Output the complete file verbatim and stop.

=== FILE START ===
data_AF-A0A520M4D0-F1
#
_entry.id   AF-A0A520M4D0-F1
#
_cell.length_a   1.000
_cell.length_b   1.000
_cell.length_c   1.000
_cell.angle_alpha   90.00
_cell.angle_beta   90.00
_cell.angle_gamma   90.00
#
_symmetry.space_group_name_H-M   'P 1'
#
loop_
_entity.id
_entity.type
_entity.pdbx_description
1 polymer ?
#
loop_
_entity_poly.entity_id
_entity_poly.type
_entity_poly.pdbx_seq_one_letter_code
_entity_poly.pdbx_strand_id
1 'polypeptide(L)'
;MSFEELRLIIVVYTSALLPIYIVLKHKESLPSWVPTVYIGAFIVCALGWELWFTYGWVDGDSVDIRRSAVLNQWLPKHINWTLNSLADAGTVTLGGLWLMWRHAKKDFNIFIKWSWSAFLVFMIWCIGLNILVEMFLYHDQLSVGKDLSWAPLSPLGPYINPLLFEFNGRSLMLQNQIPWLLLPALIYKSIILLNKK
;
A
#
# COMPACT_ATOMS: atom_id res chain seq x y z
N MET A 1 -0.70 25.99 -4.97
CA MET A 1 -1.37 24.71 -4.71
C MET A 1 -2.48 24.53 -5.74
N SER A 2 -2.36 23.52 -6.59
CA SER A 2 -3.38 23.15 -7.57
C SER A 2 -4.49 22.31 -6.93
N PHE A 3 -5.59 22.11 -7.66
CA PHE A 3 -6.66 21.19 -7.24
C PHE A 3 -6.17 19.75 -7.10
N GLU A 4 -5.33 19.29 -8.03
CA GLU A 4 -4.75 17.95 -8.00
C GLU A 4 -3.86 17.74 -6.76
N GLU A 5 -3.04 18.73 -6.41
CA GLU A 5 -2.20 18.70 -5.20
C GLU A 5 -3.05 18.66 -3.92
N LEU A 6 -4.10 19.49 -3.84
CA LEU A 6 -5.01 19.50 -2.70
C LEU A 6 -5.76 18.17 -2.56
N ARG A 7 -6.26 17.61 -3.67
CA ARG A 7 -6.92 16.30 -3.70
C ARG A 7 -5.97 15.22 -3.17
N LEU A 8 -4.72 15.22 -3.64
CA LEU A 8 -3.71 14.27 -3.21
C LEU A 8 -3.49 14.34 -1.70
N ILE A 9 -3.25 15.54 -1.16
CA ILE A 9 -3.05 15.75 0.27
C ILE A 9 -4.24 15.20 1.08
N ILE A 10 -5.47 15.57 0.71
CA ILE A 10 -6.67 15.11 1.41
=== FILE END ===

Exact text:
data_AF-A0A520M4D0-F1
#
_entry.id   AF-A0A520M4D0-F1
#
_cell.length_a   1.000
_cell.length_b   1.000
_cell.length_c   1.000
_cell.angle_alpha   90.00
_cell.angle_beta   90.00
_cell.angle_gamma   90.00
#
_symmetry.space_group_name_H-M   'P 1'
#
loop_
_entity.id
_entity.type
_entity.pdbx_description
1 polymer ?
#
loop_
_entity_poly.entity_id
_entity_poly.type
_entity_poly.pdbx_seq_one_letter_code
_entity_poly.pdbx_strand_id
1 'polypeptide(L)'
;MSFEELRLIIVVYTSALLPIYIVLKHKESLPSWVPTVYIGAFIVCALGWELWFTYGWVDGDSVDIRRSAVLNQWLPKHINWTLNSLADAGTVTLGGLWLMWRHAKKDFNIFIKWSWSAFLVFMIWCIGLNILVEMFLYHDQLSVGKDLSWAPLSPLGPYINPLLFEFNGRSLMLQNQIPWLLLPALIYKSIILLNKK
;
A
#
# COMPACT_ATOMS: atom_id res chain seq x y z
N MET A 1 -0.70 25.99 -4.97
CA MET A 1 -1.37 24.71 -4.71
C MET A 1 -2.48 24.53 -5.74
N SER A 2 -2.36 23.52 -6.59
CA SER A 2 -3.38 23.15 -7.57
C SER A 2 -4.49 22.31 -6.93
N PHE A 3 -5.59 22.11 -7.66
CA PHE A 3 -6.66 21.19 -7.24
C PHE A 3 -6.17 19.75 -7.10
N GLU A 4 -5.33 19.29 -8.03
CA GLU A 4 -4.75 17.95 -8.00
C GLU A 4 -3.86 17.74 -6.76
N GLU A 5 -3.04 18.73 -6.41
CA GLU A 5 -2.20 18.70 -5.20
C GLU A 5 -3.05 18.66 -3.92
N LEU A 6 -4.10 19.49 -3.84
CA LEU A 6 -5.01 19.50 -2.70
C LEU A 6 -5.76 18.17 -2.56
N ARG A 7 -6.26 17.61 -3.67
CA ARG A 7 -6.92 16.30 -3.70
C ARG A 7 -5.97 15.22 -3.17
N LEU A 8 -4.72 15.22 -3.64
CA LEU A 8 -3.71 14.27 -3.21
C LEU A 8 -3.49 14.34 -1.70
N ILE A 9 -3.25 15.54 -1.16
CA ILE A 9 -3.05 15.75 0.27
C ILE A 9 -4.24 15.20 1.08
N ILE A 10 -5.47 15.57 0.71
CA ILE A 10 -6.67 15.11 1.41